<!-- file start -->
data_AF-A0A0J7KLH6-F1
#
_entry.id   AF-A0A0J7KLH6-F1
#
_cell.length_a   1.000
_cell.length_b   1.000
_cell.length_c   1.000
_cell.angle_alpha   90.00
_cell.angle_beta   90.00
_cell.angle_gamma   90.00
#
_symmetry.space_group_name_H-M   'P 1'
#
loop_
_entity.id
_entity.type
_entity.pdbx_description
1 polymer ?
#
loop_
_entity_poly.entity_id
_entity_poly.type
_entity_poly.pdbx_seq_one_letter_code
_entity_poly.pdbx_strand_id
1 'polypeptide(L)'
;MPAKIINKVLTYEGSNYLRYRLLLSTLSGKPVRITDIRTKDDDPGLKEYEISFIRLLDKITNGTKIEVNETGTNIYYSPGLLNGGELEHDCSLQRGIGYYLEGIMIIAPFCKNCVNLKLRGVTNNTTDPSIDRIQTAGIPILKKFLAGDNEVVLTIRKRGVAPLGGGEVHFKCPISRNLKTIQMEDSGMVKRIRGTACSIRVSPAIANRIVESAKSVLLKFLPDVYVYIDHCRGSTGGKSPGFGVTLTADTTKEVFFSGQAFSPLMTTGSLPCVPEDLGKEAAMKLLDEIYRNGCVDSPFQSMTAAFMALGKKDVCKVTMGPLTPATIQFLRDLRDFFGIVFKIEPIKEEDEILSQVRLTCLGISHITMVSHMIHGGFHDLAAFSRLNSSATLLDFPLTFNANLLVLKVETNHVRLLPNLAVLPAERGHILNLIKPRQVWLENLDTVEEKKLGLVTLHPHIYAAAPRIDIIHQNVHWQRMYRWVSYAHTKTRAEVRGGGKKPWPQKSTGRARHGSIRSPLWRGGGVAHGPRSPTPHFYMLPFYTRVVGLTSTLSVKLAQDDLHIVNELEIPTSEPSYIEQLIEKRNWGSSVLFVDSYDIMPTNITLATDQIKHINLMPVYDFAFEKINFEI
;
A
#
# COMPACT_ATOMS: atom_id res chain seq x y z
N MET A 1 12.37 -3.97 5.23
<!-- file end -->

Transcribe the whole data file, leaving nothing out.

data_AF-A0A0J7KLH6-F1
#
_entry.id   AF-A0A0J7KLH6-F1
#
_cell.length_a   1.000
_cell.length_b   1.000
_cell.length_c   1.000
_cell.angle_alpha   90.00
_cell.angle_beta   90.00
_cell.angle_gamma   90.00
#
_symmetry.space_group_name_H-M   'P 1'
#
loop_
_entity.id
_entity.type
_entity.pdbx_description
1 polymer ?
#
loop_
_entity_poly.entity_id
_entity_poly.type
_entity_poly.pdbx_seq_one_letter_code
_entity_poly.pdbx_strand_id
1 'polypeptide(L)'
;MPAKIINKVLTYEGSNYLRYRLLLSTLSGKPVRITDIRTKDDDPGLKEYEISFIRLLDKITNGTKIEVNETGTNIYYSPGLLNGGELEHDCSLQRGIGYYLEGIMIIAPFCKNCVNLKLRGVTNNTTDPSIDRIQTAGIPILKKFLAGDNEVVLTIRKRGVAPLGGGEVHFKCPISRNLKTIQMEDSGMVKRIRGTACSIRVSPAIANRIVESAKSVLLKFLPDVYVYIDHCRGSTGGKSPGFGVTLTADTTKEVFFSGQAFSPLMTTGSLPCVPEDLGKEAAMKLLDEIYRNGCVDSPFQSMTAAFMALGKKDVCKVTMGPLTPATIQFLRDLRDFFGIVFKIEPIKEEDEILSQVRLTCLGISHITMVSHMIHGGFHDLAAFSRLNSSATLLDFPLTFNANLLVLKVETNHVRLLPNLAVLPAERGHILNLIKPRQVWLENLDTVEEKKLGLVTLHPHIYAAAPRIDIIHQNVHWQRMYRWVSYAHTKTRAEVRGGGKKPWPQKSTGRARHGSIRSPLWRGGGVAHGPRSPTPHFYMLPFYTRVVGLTSTLSVKLAQDDLHIVNELEIPTSEPSYIEQLIEKRNWGSSVLFVDSYDIMPTNITLATDQIKHINLMPVYDFAFEKINFEI
;
A
#
# COMPACT_ATOMS: atom_id res chain seq x y z
N MET A 1 12.37 -3.97 5.23